How many of the books on your shelves come in sets of three? Trilogies are big these days, and for good reason: three books give the author more space to develop a story and keep readers coming back, without running the risk a longer series does of petering out when the number of books exceeds readers’ interest. Trilogies’ popularity isn’t new, though. This week’s Ten reintroduces some excellent past trilogies that, like their newer counterparts, will keep students reading. The only trick now is to find them!
Note: I read and loved most of these titles when I was young, but I haven’t reread most of them in quite a long time (and yes, I confess that The Lord of the Rings and the second and third Emily books remain on my to-read stack). With the help of Goodreads and Wikipedia, I’ve done my best to get the basic summary right, but please let me know if I’ve gotten something wrong.
The What Katy Did Trilogy by Susan Coolidge
What Katy Did (1872), What Katy Did at School (1873), What Katy Did Next (1886)
Katy Carr has ideas of her own — most of which get her into trouble. Most of the first book in the trilogy is about Katy’s response to an accident that leaves her (temporarily) paralysed. The second covers a year at boarding school, and the third follows Katy to Europe, where she spends a year assisting a family travelling there.
See also Clover (1888) and In the High Valley (1890), additional companion novels about other members of Katy’s family.
The Emily Trilogy by L.M. Montgomery
Emily of New Moon (1923), Emily Climbs (1925), Emily’s Quest (1927)
Orphaned Emily grows up in the midst of the complicated relationships and sometimes harsh personalities of her mother’s sisters and their neighbours.
The Lord of the Rings Trilogy by J.R.R. Tolkein
The Fellowship of the Ring (1954), The Two Towers (1954), The Return of the King (1955)
Frodo Baggins takes responsibility for destroying a ring able to give devastating power to the wrong user. With the help of a wide variety of magical and ordinary others, Frodo overcomes terrible dangers and the growing influence of the ring to accomplish his goal.
The Time Trilogy by Madeleine L’Engle
A Wrinkle in Time (1962), A Wind in the Door (1973), A Swiftly Tilting Planet (1978)
The central trilogy describes three mythical adventures undertaken by Meg and Charles Wallace Murry. Though for the most part the stories are not connected, each involves the intervention of supernatural creatures, both good and evil, and significant consequences if Meg and Charles Wallace should fail.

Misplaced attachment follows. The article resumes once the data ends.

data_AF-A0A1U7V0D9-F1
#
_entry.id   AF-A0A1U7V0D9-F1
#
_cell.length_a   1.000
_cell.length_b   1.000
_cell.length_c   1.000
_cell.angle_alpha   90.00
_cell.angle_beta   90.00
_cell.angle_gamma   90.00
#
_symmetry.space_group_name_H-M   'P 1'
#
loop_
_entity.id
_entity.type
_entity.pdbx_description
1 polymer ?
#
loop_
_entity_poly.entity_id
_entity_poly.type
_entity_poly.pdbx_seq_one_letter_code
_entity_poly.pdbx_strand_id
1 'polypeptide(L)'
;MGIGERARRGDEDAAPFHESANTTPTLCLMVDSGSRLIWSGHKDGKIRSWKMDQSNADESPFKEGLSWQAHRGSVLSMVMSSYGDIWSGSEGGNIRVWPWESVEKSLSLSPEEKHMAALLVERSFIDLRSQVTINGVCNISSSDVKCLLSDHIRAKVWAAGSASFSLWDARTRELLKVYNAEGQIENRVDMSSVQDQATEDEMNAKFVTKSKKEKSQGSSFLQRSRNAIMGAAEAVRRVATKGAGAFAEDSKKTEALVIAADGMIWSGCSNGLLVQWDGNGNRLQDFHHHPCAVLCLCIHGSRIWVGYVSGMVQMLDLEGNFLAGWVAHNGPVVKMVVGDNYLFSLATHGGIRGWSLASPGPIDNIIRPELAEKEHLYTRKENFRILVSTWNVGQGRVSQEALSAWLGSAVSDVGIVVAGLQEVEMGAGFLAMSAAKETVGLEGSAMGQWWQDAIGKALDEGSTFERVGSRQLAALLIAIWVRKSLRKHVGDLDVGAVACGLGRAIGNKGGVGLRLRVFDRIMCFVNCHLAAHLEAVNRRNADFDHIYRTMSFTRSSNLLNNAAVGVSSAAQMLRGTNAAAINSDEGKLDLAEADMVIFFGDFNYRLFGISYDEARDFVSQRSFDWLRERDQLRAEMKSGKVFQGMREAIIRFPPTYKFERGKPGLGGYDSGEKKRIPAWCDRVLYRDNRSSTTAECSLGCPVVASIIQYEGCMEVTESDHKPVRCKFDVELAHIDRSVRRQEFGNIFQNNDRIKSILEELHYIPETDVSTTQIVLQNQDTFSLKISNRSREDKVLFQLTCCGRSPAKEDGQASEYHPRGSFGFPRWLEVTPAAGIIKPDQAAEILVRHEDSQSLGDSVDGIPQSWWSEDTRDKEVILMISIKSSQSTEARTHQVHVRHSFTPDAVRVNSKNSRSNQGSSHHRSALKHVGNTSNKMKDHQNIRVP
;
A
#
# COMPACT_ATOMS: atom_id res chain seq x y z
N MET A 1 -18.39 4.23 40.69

Often expanded to include Many Waters (1986), about Meg and Charles Wallace’s twin brothers, and An Acceptable Time (1989), about Meg’s daughter.
The Tripods Trilogy by John Christopher
The White Mountains (1967), The City of Gold and Lead (1968), The Pool of Fire (1968)
The world is now run by unseen aliens who install mind-controlling Caps on their human subjects when they reach their fourteenth birthdays. Will Parker and a couple of others escape their own Capping Day to join a rebel group in the mountains seeking to infiltrate the Tripods’ society and end their control over humanity.
See also the prequel, When the Tripods Came (1988), which explains how the Tripods came to dominate Earth.
The Green Sky Trilogy by Zilpha Keatley Snyder
Below the Root (1975), And All Between (1976), Until the Celebration (1977)
Two separate societies exist in Snyder’s imagined world — the dominant Kinder in the trees above, and the subjected Erdlings below ground. When a handful of children in the two societies discover hidden truths about their people, and then build friendships with one another, an end to the long separation begins to seem possible.
The Harper Hall Trilogy by Anne McCaffrey
Dragonsong (1976), Dragonsinger (1977), Dragondrums (1979)
Though set in the same world as McCaffrey’s adult Pern books, the Harper Hall trilogy turns to the youth of Pern and explores other parts of that world. Menolly comes from a fishing community, but has a gift for music. In the course of moving from the familiar but constrictive community of her childhood to Pern’s training school for musicians, Menolly accidentally impresses nine fire lizards, tiny cousins of the better-known Pern dragons. The trilogy explores Menolly’s growth and education, as well as Pern’s growing recognition of the place the fire lizards might play in their world.
The Isis Trilogy by Monica Hughes
The Keeper of the Isis Light (1980), The Guardian of Isis (1981), The Isis Pedlar (1982)
Isis is a newly settled colony world with a mysterious history. High in the mountains, the daughter of the original scouts lives alone with an android companion. Olwen has knowledge and experience to share, but her body has been modified in order to live in the initial harsh conditions of her planet, making her alien and frightening to the colonists. Much of the trilogy is focused on how the colonists handle Olwen’s strangeness.
The Booky Trilogy by Bernice Thurman Hunter
That Scatterbrain Booky (1981), With Love from Booky (1983), As Ever, Booky (1985)
Booky grows up in Depression-Era Toronto, Ontario, giving readers a detailed and fascinating picture of that time and place through the eyes of a very likable young protagonist.
The Guests of War Trilogy by Kit Pearson
The Sky Is Falling (1989), Looking at the Moon (1991), The Lights Go on Again (1993)
During World War II, Norah and Gavin come to Canada to escape the bombing at home in England. The first two books address Norah’s coming of age and developing perspective on war. The third, which brings the children’s return to England after the war, focuses on Gavin’s conflicted understanding of courage, and of the definition of home.
Do you still recommend these classic trilogies? Are there others you’d add to the list?